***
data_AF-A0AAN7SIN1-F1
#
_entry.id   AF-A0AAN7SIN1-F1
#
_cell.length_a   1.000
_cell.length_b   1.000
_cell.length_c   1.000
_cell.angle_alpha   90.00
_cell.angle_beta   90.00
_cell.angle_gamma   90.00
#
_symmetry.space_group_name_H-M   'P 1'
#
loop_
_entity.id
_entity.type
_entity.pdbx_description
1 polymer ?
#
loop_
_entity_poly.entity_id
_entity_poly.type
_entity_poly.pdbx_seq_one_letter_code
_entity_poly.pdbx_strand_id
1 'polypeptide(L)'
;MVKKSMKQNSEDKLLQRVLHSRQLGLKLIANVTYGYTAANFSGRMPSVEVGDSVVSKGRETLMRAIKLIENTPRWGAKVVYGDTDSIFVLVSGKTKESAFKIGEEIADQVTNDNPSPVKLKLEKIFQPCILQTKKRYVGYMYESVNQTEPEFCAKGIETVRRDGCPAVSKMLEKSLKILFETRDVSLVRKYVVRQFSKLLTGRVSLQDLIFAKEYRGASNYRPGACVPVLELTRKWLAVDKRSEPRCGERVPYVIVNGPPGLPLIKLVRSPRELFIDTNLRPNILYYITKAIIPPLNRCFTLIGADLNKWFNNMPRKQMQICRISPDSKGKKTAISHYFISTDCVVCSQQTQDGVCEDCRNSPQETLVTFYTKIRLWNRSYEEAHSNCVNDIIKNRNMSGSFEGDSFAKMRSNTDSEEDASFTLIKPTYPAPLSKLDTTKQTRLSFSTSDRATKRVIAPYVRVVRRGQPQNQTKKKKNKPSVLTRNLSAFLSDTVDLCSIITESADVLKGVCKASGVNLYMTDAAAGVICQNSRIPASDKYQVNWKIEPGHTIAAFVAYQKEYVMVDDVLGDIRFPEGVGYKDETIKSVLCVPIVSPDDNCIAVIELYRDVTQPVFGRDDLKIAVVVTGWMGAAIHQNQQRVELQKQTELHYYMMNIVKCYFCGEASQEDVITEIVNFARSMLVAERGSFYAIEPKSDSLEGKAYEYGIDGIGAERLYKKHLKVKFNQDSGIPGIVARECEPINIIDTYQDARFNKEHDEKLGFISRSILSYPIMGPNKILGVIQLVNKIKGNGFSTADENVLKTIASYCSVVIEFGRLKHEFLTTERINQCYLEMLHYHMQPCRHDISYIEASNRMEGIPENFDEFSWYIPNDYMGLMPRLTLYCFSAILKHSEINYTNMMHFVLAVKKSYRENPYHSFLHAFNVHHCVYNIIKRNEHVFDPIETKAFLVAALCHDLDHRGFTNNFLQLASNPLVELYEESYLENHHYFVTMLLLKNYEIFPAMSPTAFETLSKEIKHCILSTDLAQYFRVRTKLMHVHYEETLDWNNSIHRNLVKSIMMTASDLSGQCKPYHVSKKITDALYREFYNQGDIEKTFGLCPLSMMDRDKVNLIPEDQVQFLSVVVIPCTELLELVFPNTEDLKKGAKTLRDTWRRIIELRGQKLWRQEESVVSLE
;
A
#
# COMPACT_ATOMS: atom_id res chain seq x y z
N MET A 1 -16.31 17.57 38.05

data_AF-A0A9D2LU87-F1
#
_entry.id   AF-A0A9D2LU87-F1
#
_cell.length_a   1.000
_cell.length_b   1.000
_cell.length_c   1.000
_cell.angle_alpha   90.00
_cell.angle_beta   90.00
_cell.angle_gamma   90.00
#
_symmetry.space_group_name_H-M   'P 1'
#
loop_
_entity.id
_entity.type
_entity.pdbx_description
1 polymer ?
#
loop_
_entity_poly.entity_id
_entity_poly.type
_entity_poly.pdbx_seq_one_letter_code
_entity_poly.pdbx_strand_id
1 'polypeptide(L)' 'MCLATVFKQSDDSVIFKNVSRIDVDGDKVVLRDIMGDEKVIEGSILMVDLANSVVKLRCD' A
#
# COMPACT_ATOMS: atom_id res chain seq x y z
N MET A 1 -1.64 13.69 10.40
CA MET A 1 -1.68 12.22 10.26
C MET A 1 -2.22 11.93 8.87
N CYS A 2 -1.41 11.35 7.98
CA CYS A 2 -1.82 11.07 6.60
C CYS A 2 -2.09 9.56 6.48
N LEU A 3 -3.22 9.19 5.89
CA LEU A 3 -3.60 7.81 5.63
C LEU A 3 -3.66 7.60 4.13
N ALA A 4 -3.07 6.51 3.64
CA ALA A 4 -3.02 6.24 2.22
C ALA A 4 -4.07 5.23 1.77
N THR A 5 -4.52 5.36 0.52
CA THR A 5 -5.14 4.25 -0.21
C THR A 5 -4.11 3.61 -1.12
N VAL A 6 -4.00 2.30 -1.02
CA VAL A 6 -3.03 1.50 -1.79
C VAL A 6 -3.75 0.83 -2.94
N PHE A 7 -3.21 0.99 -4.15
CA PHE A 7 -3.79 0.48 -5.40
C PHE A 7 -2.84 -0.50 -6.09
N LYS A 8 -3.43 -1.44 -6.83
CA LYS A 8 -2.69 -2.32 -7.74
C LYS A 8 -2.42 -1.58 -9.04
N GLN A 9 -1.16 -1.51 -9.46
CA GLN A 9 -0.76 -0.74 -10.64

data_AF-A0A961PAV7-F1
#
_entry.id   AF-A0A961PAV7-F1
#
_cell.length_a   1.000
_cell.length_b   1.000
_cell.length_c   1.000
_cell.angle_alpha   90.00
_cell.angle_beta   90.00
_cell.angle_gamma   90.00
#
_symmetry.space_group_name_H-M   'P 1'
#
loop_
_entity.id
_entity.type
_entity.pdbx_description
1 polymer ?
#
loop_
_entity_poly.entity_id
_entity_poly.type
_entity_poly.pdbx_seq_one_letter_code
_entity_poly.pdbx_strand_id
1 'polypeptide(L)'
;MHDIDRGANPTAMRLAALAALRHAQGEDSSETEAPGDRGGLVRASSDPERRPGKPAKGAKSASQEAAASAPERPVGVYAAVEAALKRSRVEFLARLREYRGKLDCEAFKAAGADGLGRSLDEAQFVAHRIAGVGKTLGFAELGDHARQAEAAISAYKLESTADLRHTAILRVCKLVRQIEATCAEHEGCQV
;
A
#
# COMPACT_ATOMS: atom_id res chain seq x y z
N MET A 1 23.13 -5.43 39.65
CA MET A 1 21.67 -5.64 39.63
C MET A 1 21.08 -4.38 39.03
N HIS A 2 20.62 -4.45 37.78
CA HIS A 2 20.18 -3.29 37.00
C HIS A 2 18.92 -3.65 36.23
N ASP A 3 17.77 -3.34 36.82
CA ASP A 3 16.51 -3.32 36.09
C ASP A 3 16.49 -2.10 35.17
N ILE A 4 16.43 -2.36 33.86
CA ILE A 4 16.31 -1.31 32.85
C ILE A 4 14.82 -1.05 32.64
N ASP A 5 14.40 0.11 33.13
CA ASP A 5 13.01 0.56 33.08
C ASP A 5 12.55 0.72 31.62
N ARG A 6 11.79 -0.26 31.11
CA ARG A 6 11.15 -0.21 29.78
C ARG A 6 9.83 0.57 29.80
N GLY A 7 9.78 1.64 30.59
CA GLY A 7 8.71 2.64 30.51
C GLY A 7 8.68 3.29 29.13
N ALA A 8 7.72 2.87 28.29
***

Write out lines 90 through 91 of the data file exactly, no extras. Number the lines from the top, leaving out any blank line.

_cell.length_b   1.000
_cell.length_c   1.000